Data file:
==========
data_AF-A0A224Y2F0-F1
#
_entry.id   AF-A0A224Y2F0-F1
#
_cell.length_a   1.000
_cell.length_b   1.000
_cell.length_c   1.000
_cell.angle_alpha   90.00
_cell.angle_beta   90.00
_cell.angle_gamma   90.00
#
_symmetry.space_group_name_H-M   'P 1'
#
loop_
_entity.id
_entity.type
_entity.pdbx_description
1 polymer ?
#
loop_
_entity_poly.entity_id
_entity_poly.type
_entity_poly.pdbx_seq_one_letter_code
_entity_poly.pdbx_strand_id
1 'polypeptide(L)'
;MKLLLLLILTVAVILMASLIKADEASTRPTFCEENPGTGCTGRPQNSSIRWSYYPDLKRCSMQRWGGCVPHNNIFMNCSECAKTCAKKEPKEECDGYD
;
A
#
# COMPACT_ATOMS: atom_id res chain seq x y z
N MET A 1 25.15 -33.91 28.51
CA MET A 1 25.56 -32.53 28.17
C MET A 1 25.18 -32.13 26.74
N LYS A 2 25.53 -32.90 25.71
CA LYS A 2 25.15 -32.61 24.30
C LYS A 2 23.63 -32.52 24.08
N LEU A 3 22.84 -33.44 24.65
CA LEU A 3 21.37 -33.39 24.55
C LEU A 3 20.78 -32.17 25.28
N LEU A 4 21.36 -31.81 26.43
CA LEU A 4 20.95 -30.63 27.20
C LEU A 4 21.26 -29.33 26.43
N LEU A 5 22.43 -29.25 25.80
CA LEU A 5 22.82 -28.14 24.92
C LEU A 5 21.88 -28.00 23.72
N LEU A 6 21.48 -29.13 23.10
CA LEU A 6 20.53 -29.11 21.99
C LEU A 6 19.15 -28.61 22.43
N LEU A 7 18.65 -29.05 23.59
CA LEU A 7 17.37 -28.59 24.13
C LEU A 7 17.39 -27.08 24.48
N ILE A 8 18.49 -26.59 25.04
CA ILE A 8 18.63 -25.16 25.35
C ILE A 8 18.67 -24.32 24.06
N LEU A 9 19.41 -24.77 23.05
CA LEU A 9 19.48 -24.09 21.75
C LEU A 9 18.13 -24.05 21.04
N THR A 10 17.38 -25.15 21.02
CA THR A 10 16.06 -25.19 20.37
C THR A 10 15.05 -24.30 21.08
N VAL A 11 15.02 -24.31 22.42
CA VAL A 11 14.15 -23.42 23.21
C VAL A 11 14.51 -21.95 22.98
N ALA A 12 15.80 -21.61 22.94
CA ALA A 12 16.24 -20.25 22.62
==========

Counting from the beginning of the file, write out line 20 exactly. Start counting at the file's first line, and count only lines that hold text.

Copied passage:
loop_